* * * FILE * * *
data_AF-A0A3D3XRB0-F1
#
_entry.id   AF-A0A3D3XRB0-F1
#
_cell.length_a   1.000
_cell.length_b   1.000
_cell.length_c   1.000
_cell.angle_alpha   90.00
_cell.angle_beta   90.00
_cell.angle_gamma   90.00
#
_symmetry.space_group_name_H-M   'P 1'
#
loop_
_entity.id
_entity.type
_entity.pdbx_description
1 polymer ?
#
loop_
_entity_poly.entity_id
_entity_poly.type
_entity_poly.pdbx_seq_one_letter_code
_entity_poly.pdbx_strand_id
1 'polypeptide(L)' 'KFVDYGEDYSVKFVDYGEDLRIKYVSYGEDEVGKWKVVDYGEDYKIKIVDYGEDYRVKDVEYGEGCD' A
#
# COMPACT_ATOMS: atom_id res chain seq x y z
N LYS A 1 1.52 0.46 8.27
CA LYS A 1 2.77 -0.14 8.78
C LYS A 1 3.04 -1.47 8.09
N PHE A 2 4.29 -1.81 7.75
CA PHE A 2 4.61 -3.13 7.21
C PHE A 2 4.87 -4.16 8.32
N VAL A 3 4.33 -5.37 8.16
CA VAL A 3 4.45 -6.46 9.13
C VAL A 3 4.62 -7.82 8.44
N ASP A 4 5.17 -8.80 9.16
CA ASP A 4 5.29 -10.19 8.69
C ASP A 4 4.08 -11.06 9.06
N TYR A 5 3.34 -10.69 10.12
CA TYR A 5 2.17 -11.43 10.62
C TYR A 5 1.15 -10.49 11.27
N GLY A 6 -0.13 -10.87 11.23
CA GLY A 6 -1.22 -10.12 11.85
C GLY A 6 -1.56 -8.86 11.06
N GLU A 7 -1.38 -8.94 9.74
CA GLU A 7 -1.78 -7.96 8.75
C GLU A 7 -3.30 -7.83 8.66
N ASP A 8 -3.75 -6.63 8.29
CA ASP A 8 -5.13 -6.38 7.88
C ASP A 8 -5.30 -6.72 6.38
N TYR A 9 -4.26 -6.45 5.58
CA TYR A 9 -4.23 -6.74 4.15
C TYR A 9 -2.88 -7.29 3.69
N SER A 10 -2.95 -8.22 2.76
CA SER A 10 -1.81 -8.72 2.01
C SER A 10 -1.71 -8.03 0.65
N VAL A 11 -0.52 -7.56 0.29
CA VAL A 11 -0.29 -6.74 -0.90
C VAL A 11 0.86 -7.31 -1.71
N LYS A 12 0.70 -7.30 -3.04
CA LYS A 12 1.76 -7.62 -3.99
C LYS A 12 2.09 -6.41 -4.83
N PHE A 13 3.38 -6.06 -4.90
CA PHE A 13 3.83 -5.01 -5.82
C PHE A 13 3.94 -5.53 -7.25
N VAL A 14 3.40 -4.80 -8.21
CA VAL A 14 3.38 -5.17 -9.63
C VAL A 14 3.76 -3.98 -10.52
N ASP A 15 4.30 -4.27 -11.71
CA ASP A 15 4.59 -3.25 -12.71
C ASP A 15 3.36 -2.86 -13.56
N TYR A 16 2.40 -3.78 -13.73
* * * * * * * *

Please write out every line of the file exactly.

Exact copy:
data_AF-A0A3D3XRB0-F1
#
_entry.id   AF-A0A3D3XRB0-F1
#
_cell.length_a   1.000
_cell.length_b   1.000
_cell.length_c   1.000
_cell.angle_alpha   90.00
_cell.angle_beta   90.00
_cell.angle_gamma   90.00
#
_symmetry.space_group_name_H-M   'P 1'
#
loop_
_entity.id
_entity.type
_entity.pdbx_description
1 polymer ?
#
loop_
_entity_poly.entity_id
_entity_poly.type
_entity_poly.pdbx_seq_one_letter_code
_entity_poly.pdbx_strand_id
1 'polypeptide(L)' 'KFVDYGEDYSVKFVDYGEDLRIKYVSYGEDEVGKWKVVDYGEDYKIKIVDYGEDYRVKDVEYGEGCD' A
#
# COMPACT_ATOMS: atom_id res chain seq x y z
N LYS A 1 1.52 0.46 8.27
CA LYS A 1 2.77 -0.14 8.78
C LYS A 1 3.04 -1.47 8.09
N PHE A 2 4.29 -1.81 7.75
CA PHE A 2 4.61 -3.13 7.21
C PHE A 2 4.87 -4.16 8.32
N VAL A 3 4.33 -5.37 8.16
CA VAL A 3 4.45 -6.46 9.13
C VAL A 3 4.62 -7.82 8.44
N ASP A 4 5.17 -8.80 9.16
CA ASP A 4 5.29 -10.19 8.69
C ASP A 4 4.08 -11.06 9.06
N TYR A 5 3.34 -10.69 10.12
CA TYR A 5 2.17 -11.43 10.62
C TYR A 5 1.15 -10.49 11.27
N GLY A 6 -0.13 -10.87 11.23
CA GLY A 6 -1.22 -10.12 11.85
C GLY A 6 -1.56 -8.86 11.06
N GLU A 7 -1.38 -8.94 9.74
CA GLU A 7 -1.78 -7.96 8.75
C GLU A 7 -3.30 -7.83 8.66
N ASP A 8 -3.75 -6.63 8.29
CA ASP A 8 -5.13 -6.38 7.88
C ASP A 8 -5.30 -6.72 6.38
N TYR A 9 -4.26 -6.45 5.58
CA TYR A 9 -4.23 -6.74 4.15
C TYR A 9 -2.88 -7.29 3.69
N SER A 10 -2.95 -8.22 2.76
CA SER A 10 -1.81 -8.72 2.01
C SER A 10 -1.71 -8.03 0.65
N VAL A 11 -0.52 -7.56 0.29
CA VAL A 11 -0.29 -6.74 -0.90
C VAL A 11 0.86 -7.31 -1.71
N LYS A 12 0.70 -7.30 -3.04
CA LYS A 12 1.76 -7.62 -3.99
C LYS A 12 2.09 -6.41 -4.83
N PHE A 13 3.38 -6.06 -4.90
CA PHE A 13 3.83 -5.01 -5.82
C PHE A 13 3.94 -5.53 -7.25
N VAL A 14 3.40 -4.80 -8.21
CA VAL A 14 3.38 -5.17 -9.63
C VAL A 14 3.76 -3.98 -10.52
N ASP A 15 4.30 -4.27 -11.71
CA ASP A 15 4.59 -3.25 -12.71
C ASP A 15 3.36 -2.86 -13.56
N TYR A 16 2.40 -3.78 -13.73